Cheers from the Playa

I haven’t really noticed this elsewhere in Mexico but here, lots of the cars have small shrines on their front bumpers: “Bless my home and my family” on this brand new SUV.

The bougainvillea in this town are amazing, huge and fantastically coloured.

From the Adoquin there are many peek-a-boo views of the playa between whitewashed buildings. One of the big main local hotels along the beachfront here is for sale; perhaps you have always wanted to be a hotel proprietor in a warm climate …?

Down at the Playa Marinero the fishermen have a unique way of “docking” their boats. They all have small round logs that they put out to make a pathway across the sand between the ocean and their “parking spot” up on the beach.

When the guys know that a fishing boat is coming in, they set out these logs,

while the fisherman waits at sea in his boat.

Then the man onshore waves “all clear” and the fisherman revs his engine and blasts onto the sand and up the beach to rest at the stop of the sandy incline.

Once parked, the bins are opened and the caught fish are for sale – lots of sierra and red snapper this time.

And swordfish.

We tried Los Crotos Restaurant beachside the other night for dinner and had a ringside seat for all the action, that being one or two wandering troubadours and a couple of begging dogs.

The dishes of shrimp were enormous, all this for 148 pesos (about $12 CAD, I think).

I have been surprised not to have seen much in the way of wildlife here, but the other day an iguana appeared in one of the trees around our pool; the cat was very interested in it but they didn’t get into a fight, luckily.

On our usual walk up Playa Zicatela yesterday, we saw enormous waves and the red flag was flying.

As usual, someone was swimming out beyond where the waves break, even though the red flag means no swimming. People who do this always think that the flags don’t apply to them, until something happens and they get into trouble … this beach is not swimmable – the waves are too big, the currents are too strong, and there are hidden riptides all along the beach.

No-one was having much success catching the waves this day.

After a tasty breakfast at Dan’s Cafe, we checked out a few places with rooms to rent: this one with a beautiful outdoor space looked great!

I also investigated one of Puerto’s language schools, the Experiencia Puerto off the Adoquin. In addition to classrooms, it also has rooms for students to stay in while taking classes. The compound, which is in the style of an old colonial hacienda, was very attractive. The language schools here all teach surfing as well; although I’m too old for that, if I were younger, Spanish and surfing would be a great combination of stuff to learn while spending some time down here …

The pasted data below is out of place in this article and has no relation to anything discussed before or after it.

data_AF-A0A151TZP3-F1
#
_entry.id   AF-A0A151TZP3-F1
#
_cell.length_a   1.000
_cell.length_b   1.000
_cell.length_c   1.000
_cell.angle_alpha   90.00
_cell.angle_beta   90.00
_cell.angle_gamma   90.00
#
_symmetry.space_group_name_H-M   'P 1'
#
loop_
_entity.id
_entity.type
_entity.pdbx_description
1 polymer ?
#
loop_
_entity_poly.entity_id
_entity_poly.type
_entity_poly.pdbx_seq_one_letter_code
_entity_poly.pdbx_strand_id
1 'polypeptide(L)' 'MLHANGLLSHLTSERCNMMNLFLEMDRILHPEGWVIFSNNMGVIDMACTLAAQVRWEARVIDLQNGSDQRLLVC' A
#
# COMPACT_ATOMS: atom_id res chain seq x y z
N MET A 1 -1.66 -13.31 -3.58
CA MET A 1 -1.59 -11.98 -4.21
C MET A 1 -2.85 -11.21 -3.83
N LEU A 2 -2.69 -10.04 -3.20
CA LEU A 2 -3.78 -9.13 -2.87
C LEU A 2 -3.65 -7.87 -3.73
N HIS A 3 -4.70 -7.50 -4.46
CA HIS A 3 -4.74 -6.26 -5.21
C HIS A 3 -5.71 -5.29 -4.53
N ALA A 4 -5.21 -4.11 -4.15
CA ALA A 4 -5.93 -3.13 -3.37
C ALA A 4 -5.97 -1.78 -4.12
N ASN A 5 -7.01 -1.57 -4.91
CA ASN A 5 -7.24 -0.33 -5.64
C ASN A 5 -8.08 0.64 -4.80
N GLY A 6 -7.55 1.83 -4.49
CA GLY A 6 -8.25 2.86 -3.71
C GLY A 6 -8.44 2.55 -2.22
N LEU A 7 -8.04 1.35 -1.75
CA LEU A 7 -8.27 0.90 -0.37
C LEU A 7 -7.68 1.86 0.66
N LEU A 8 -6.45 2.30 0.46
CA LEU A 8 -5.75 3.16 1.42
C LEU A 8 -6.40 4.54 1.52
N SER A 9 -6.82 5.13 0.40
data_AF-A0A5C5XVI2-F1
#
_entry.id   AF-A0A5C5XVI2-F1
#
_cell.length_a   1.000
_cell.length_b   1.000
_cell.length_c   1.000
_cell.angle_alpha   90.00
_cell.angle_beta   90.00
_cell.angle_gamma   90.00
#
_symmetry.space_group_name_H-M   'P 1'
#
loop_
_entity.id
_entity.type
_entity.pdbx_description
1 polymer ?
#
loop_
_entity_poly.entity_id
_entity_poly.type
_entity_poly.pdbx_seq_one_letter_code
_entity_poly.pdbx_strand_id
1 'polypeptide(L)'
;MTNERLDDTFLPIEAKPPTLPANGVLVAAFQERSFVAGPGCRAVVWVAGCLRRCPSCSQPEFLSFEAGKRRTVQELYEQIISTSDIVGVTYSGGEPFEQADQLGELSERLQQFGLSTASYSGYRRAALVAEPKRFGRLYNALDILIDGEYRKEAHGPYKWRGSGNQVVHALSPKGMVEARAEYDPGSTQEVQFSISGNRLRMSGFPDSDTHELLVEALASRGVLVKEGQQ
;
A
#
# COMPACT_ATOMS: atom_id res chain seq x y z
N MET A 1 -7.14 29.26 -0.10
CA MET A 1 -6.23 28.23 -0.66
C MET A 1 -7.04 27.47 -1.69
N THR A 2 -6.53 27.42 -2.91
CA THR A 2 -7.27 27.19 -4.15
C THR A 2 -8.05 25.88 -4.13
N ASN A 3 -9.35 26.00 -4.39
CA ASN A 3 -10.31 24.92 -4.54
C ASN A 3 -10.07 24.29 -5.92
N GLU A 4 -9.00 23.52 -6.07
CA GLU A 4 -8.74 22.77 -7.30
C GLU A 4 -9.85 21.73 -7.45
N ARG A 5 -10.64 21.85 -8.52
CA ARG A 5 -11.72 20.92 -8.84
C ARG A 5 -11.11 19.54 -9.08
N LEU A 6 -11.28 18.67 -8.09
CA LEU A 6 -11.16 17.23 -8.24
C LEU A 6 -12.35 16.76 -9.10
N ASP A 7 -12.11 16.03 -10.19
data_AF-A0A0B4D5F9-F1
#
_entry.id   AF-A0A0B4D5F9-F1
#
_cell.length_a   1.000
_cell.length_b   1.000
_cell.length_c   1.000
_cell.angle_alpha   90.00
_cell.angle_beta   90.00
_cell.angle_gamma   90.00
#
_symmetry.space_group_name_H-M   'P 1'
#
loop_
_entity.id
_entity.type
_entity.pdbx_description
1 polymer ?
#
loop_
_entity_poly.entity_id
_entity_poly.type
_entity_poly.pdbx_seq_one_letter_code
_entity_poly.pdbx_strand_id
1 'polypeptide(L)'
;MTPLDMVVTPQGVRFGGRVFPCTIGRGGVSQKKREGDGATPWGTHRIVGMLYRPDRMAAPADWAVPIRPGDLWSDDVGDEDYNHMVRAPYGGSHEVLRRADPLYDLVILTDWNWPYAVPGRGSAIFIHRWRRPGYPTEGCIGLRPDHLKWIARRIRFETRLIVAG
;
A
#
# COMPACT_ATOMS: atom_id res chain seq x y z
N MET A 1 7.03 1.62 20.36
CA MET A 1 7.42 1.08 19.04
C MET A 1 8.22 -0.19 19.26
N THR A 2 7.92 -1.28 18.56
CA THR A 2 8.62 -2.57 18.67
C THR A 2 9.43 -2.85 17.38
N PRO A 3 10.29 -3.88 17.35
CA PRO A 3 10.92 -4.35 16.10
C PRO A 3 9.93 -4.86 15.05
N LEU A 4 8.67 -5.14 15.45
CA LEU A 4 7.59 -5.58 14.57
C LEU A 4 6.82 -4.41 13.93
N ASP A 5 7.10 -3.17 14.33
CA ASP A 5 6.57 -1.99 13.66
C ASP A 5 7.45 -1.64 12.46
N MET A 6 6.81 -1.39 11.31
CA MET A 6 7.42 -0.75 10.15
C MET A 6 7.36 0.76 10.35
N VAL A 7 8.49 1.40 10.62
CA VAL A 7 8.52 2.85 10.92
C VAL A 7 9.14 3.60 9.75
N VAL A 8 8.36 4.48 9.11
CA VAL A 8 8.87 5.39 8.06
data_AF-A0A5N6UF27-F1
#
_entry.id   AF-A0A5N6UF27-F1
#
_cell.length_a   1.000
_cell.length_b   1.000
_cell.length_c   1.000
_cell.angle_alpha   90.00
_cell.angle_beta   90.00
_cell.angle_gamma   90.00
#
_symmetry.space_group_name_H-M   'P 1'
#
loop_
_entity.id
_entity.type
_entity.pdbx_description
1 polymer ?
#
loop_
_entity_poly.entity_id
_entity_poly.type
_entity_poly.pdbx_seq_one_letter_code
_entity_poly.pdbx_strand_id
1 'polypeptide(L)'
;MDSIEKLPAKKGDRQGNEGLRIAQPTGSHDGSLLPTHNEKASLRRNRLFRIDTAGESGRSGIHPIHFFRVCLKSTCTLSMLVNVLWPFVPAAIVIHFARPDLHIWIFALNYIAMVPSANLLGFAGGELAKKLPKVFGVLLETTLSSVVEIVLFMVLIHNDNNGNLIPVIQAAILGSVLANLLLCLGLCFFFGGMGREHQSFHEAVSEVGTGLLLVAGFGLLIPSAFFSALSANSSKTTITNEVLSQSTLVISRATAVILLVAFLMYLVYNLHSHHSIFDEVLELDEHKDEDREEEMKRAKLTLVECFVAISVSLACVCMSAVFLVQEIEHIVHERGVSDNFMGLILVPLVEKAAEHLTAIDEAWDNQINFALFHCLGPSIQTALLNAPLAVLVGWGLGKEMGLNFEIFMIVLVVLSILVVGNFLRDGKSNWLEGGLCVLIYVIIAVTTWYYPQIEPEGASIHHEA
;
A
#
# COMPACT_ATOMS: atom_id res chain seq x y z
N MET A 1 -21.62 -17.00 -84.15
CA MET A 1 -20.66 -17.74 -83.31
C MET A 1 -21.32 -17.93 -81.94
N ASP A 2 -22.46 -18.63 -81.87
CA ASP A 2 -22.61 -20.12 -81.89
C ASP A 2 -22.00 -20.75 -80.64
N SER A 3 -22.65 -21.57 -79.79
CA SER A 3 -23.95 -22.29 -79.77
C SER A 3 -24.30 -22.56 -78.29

And, finally, here’s Pam preparing our afternoon poolside treat – cheers!

El Pantheon and La Playa

I love pelicans and they are very plentiful here, especially down on Playa Marinero and Playa Zicatela, where they can get a sniff of the fish being caught around these parts. Apparently there are still plenty of fish in the sea here …

Along the main city beach here is also an inexpensive campground, right on the sand, which seems sort of unusual in a beach town. Between the campground and the ocean is a small “lagoon” of sorts, part of an estuary, I think, in which lots of birds enjoy spending the day, like this egret. We avoid walking through it; Pam thinks it must be boiling with mosquitoes.

On our way back from the Manialtepec Lagoon the other day I noticed that we had driven past a small cemetery and was interested in going back to take a look at it. I found a quiet shady route from the house to the pantheon “The Woods”, as it is called, through a hilly local neighbourhood. It is right near the beach and beside an elementary school.

Sometimes the graves in Mexico are very brightly painted; these, though, are mostly white, like the ones at the cemetery Ty and I visited in Progresso.

After a pleasant walk through the paths communing with the shades of the dead, I made my way back out to the street, past several houses for sale and rent (likely this is a nice place to live, given the silent neighbours), and down the stone steps to Playa Manzanillo, my favourite beach in P.E.

I had quite a long chat with the servers at the beach-side restaurant; it was a quiet day and they were likely bored with not very many customers to serve. I took the opportunity to practice my Spanish, which, if I do say so myself, is getting quite good.

Playa Manzanillo is on one half of a small curved bay, the other side of which is Playa Angelito. I’ve never set foot on Playa Angelito, simply because Manzanillo is so sweet that I just can’t seem to get over there. But this day I did at least walk over the small rocky point separating the two beaches to take a few pictures of it.